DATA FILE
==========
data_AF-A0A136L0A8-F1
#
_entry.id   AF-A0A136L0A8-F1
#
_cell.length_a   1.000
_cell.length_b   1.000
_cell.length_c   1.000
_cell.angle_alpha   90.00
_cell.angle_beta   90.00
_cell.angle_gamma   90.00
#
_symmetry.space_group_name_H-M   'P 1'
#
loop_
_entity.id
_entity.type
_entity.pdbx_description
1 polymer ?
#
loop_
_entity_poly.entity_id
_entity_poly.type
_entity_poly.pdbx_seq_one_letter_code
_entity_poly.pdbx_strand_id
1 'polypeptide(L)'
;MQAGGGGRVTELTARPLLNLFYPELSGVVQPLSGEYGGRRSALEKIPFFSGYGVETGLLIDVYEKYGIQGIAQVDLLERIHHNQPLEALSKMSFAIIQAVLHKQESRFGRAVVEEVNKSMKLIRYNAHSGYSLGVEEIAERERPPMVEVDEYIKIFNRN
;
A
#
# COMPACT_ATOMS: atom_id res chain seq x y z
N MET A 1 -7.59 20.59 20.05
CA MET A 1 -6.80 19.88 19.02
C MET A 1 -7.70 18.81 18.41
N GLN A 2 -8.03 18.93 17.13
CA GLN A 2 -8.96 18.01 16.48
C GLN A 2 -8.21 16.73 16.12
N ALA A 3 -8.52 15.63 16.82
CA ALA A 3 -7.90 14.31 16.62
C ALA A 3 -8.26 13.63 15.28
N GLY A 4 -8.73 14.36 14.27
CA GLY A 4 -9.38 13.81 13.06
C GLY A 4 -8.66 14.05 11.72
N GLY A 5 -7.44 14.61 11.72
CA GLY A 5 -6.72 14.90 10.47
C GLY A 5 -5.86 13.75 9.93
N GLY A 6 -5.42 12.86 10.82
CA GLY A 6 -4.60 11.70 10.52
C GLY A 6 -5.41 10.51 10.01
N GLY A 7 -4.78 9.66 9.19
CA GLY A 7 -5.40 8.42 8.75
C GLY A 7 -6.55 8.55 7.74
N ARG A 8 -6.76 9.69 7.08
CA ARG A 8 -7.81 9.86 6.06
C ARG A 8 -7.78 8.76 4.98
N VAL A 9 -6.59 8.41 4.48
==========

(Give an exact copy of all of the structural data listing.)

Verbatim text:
data_AF-A0A136L0A8-F1
#
_entry.id   AF-A0A136L0A8-F1
#
_cell.length_a   1.000
_cell.length_b   1.000
_cell.length_c   1.000
_cell.angle_alpha   90.00
_cell.angle_beta   90.00
_cell.angle_gamma   90.00
#
_symmetry.space_group_name_H-M   'P 1'
#
loop_
_entity.id
_entity.type
_entity.pdbx_description
1 polymer ?
#
loop_
_entity_poly.entity_id
_entity_poly.type
_entity_poly.pdbx_seq_one_letter_code
_entity_poly.pdbx_strand_id
1 'polypeptide(L)'
;MQAGGGGRVTELTARPLLNLFYPELSGVVQPLSGEYGGRRSALEKIPFFSGYGVETGLLIDVYEKYGIQGIAQVDLLERIHHNQPLEALSKMSFAIIQAVLHKQESRFGRAVVEEVNKSMKLIRYNAHSGYSLGVEEIAERERPPMVEVDEYIKIFNRN
;
A
#
# COMPACT_ATOMS: atom_id res chain seq x y z
N MET A 1 -7.59 20.59 20.05
CA MET A 1 -6.80 19.88 19.02
C MET A 1 -7.70 18.81 18.41
N GLN A 2 -8.03 18.93 17.13
CA GLN A 2 -8.96 18.01 16.48
C GLN A 2 -8.21 16.73 16.12
N ALA A 3 -8.52 15.63 16.82
CA ALA A 3 -7.90 14.31 16.62
C ALA A 3 -8.26 13.63 15.28
N GLY A 4 -8.73 14.36 14.27
CA GLY A 4 -9.38 13.81 13.06
C GLY A 4 -8.66 14.05 11.72
N GLY A 5 -7.44 14.61 11.72
CA GLY A 5 -6.72 14.90 10.47
C GLY A 5 -5.86 13.75 9.93
N GLY A 6 -5.42 12.86 10.82
CA GLY A 6 -4.60 11.70 10.52
C GLY A 6 -5.41 10.51 10.01
N GLY A 7 -4.78 9.66 9.19
CA GLY A 7 -5.40 8.42 8.75
C GLY A 7 -6.55 8.55 7.74
N ARG A 8 -6.76 9.69 7.08
CA ARG A 8 -7.81 9.86 6.06
C ARG A 8 -7.78 8.76 4.98
N VAL A 9 -6.59 8.41 4.48